I do not know if Troy Davis is innocent or not—no one will ever know. Police have so utterly contaminated the evidence, and so much has since come to light, that there is not much of the case against him left standing—one could not imagine a jury convicting him today, much less sentencing him to death. Reading through his trial materials, I was reminded time and time again of what I saw when I read trials of the first 250 people exonerated by DNA tests, when researching my book Convicting the Innocent. (There is no physical evidence to test in Davis’ case.) Of the 190 DNA exonerees who had been convicted based on eyewitness testimony, nearly all the cases had eyewitnesses who were positive at trial that the defendant was the person they saw. Yet 57 percent of them had not been certain when they first identified the defendant. They became certain only later.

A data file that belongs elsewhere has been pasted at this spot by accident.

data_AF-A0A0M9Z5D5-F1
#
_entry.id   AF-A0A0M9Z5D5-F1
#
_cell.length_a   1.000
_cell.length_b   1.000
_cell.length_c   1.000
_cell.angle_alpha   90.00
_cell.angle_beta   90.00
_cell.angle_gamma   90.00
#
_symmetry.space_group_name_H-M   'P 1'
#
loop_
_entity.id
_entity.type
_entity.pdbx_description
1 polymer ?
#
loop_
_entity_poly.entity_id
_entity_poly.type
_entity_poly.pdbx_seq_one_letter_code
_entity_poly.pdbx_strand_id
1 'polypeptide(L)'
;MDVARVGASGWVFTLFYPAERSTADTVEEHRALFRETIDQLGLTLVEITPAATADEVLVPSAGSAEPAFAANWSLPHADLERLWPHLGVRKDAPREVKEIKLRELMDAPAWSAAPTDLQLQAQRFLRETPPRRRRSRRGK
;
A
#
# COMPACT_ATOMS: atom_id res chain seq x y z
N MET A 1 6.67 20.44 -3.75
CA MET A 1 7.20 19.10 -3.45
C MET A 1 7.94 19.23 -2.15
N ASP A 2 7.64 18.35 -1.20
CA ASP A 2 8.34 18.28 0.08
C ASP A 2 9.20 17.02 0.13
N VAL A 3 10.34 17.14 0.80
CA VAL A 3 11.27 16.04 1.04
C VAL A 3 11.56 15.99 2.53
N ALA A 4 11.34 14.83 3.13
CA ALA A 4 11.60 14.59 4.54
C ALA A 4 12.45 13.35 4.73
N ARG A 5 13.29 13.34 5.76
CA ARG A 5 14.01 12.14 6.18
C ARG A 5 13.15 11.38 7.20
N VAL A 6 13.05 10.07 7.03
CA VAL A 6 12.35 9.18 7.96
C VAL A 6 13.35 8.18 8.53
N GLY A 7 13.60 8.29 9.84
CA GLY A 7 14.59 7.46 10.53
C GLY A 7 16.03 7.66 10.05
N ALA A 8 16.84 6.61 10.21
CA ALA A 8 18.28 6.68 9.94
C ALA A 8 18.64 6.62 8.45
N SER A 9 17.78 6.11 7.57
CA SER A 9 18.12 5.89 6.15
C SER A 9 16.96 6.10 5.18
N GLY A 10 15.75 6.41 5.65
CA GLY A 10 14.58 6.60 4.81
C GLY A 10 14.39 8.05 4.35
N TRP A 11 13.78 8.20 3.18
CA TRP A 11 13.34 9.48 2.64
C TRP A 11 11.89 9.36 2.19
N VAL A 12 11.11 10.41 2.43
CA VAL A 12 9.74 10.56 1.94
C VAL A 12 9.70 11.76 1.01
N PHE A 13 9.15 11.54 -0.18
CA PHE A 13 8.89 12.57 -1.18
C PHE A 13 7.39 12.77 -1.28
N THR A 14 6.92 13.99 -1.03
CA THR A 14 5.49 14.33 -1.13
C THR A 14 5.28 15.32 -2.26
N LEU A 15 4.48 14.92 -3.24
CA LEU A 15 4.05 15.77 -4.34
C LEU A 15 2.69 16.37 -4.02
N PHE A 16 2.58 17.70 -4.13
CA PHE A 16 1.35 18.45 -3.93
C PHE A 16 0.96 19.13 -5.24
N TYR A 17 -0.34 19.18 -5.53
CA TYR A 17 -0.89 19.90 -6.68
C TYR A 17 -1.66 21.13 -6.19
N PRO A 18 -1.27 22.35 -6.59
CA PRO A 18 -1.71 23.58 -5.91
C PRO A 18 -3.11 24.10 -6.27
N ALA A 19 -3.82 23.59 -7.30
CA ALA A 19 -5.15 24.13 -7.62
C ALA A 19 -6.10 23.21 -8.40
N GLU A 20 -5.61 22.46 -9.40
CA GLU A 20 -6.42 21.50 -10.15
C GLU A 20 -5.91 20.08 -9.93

One might want to think that a whole series of eyewitnesses would be much more likely to get it right than just one. Yet in the wrongful conviction cases I examined, 36 percent were misidentified by multiple eyewitnesses, some by as many as three or four or five. Perhaps the best known of those cases is that of Kirk Bloodsworth, the first person exonerated by DNA tests from death row. He was misidentified by five eyewitnesses, and as a result, Maryland now bars death sentences in cases with such weak evidence. We know that eyewitnesses can be influenced by one another—and in several of the innocent exoneration cases I studied, eyewitnesses all viewed photo arrays as a group.